Usability Books Worth ReadingFollowing are a handful of books on usability, testing, and consumer psychology that I personally recommend. This isn't a comprehensive list, but these are all books that I've gotten real, lasting benefit out of reading.
Books on Usability & TestingHomepage Usability: 50 Websites Deconstructed
by Jakob Nielsen & Marie Tahir (2001)
Jakob Nielsen is clearly the father of modern website usability, and while this book is slightly outdated, it's one of Nielsen's most accessible works. Homepage Usability elegantly outlines core usability principles, including a comprehensive checklist, and shows how to apply those principles to real websites.
Don't Make Me Think
by Steve Krug (2005)
If Nielsen is the father of website usability, than Steve Krug is its fun uncle. Don't Make Me Think is considered a must-read by many usability professionals and is a clear and compelling guide to usability principles and testing. One of the few usability classics that is accessible to almost any audience.
Always Be Testing
by Bryan Eisenberg & John Quarto-vonTivadar (2008)
Bryan Eisenberg was practicing website testing and conversion improvement long before most people knew what a conversion rate was. This is a complete guide to understanding the basics of testing, knowing what questions to ask to create an effective test, and implementing testing using Google Website Optimizer.
A Project Guide to UX Design
by Russ Unger & Carolyn Chander (2009)
This book was written out of a frustration many of us in usability feel - that people new to the field, especially in the corporate world, are left floundering on their own. This is more than just a project guide; it's a guide to everything a UX professional needs to know to succeed in the workplace.
Selling Usability: User Experience Infiltration Tactics
by John Rhodes (2009)
Selling Usability is for anyone doing usability/UX in the corporate world; anyone who has to deal with the reality of corporate politics, heirarchies, and budgets. Instead of trying to take on the world and make a frontal assault, John shows you how to work within your organization's structure and culture to sell usability from the inside.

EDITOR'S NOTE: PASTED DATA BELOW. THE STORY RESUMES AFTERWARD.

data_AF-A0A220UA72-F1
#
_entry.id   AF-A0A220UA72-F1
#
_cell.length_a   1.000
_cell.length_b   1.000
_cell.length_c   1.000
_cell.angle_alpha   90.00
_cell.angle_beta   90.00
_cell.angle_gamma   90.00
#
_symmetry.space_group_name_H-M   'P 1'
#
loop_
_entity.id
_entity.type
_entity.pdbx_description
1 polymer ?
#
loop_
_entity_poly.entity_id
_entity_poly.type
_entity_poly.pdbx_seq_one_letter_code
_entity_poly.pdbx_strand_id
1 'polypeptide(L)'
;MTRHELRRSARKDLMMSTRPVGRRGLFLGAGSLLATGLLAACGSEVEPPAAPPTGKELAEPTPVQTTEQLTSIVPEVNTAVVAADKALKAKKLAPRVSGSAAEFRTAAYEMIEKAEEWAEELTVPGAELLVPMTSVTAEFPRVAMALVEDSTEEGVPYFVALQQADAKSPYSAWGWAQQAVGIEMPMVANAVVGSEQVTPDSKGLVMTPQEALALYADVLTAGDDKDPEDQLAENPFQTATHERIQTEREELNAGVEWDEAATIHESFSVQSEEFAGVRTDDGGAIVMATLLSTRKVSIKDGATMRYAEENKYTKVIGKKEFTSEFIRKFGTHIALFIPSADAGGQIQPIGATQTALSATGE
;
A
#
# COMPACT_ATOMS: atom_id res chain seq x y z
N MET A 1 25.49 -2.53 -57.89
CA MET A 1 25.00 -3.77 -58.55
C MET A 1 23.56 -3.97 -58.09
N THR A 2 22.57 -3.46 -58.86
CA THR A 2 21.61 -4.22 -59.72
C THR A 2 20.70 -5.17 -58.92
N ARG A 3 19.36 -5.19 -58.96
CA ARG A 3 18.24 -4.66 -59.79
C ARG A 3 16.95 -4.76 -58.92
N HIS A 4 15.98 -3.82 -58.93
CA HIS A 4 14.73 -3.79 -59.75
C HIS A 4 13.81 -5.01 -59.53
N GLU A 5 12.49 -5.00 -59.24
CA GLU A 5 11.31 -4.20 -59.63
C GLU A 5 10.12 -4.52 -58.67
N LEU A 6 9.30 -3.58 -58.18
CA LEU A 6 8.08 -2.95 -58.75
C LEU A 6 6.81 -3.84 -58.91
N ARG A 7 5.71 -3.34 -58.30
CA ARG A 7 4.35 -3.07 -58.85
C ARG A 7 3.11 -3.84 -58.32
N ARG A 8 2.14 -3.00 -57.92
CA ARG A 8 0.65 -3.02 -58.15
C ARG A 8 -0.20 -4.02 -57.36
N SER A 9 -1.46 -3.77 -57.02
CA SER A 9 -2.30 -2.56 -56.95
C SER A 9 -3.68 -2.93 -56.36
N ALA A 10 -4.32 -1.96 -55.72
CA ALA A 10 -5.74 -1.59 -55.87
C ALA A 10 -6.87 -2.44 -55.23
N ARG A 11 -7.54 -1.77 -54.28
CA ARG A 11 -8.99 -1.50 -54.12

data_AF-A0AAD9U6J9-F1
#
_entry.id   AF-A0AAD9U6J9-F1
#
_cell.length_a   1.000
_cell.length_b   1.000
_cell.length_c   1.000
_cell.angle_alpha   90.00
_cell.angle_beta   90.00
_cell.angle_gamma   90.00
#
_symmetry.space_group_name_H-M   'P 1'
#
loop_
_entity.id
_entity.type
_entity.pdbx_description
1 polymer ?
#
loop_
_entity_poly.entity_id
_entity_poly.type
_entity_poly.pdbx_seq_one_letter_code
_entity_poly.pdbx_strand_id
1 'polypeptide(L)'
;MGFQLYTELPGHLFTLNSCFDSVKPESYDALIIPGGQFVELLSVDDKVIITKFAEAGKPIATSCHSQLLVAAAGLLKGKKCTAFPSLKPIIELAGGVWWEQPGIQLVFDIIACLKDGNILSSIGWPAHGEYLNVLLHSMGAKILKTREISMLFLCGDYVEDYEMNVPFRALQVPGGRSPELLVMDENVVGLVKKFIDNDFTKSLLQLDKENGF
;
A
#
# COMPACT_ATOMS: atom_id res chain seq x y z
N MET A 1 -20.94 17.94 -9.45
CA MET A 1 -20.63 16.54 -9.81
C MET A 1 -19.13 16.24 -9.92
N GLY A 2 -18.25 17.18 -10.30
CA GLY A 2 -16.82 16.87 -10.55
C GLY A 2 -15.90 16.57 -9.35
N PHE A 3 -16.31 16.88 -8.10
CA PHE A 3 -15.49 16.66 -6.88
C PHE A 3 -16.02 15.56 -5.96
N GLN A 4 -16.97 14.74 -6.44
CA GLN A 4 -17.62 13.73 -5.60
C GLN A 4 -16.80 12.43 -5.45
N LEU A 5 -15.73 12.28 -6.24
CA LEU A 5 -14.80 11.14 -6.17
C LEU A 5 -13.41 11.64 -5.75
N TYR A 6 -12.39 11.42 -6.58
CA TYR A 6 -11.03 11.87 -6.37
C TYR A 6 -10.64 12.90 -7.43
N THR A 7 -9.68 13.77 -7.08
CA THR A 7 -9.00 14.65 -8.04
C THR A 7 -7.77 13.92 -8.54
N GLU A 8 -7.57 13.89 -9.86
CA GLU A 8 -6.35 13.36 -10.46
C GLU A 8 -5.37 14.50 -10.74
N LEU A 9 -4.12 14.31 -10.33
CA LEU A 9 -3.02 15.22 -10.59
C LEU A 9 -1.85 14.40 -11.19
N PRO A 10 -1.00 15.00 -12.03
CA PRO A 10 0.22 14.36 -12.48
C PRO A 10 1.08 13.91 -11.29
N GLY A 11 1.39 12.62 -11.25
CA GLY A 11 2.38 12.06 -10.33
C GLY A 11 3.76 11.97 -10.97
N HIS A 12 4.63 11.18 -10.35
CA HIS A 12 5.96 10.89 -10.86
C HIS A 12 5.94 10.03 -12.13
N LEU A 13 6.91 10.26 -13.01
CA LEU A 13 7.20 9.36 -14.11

Books on Consumer PsychologyInfluence: The Psychology of Persuasion
by Robert B. Cialdini, Ph.D. (2007)
Dr. Cialdini's book has become a marketing classic even though, ironically, much of the book is about how to defend against influence. Although the first edition came out in 1984, this headlong dive into real-world sales and marketing techniques is nothing short of brilliant and remains incredibly relevant.
The Tipping Point
by Malcolm Gladwell (2000)
Although Gladwell's books get a lot of hype, he has a unique ability to integrate scientific research and use it to tell a story. This is the story of how and why social trends grab hold. It's one of the few non-fiction books I can honestly say I couldn't put down, and the anecdotes contain many useful insights for marketers.
Other Recommended ReadingWeb Analytics: An Hour A Day
by Avinash Kaushik (2007)
You can't improve what you can't measure, and no usability or testing campaign is complete without solid analytics. Avinash's book has quickly become a classic, providing in-depth advice in a way that's both easy to digest and highly actionable. This book is appropriate for all levels, and even experts will benefit.
Information Architecture for the World Wide Web
by Peter Morville & Louis Rosenfeld (2009)
I'm ashamed to admit it - I haven't actually read this one. Everyone says I have to read it, it's on my shelf, and I swear I will soon. Information architecture is critical to good usability, and this book is the hands-down classic on the subject. Also, I've heard Lou Rosenfeld is a heckuva nice guy.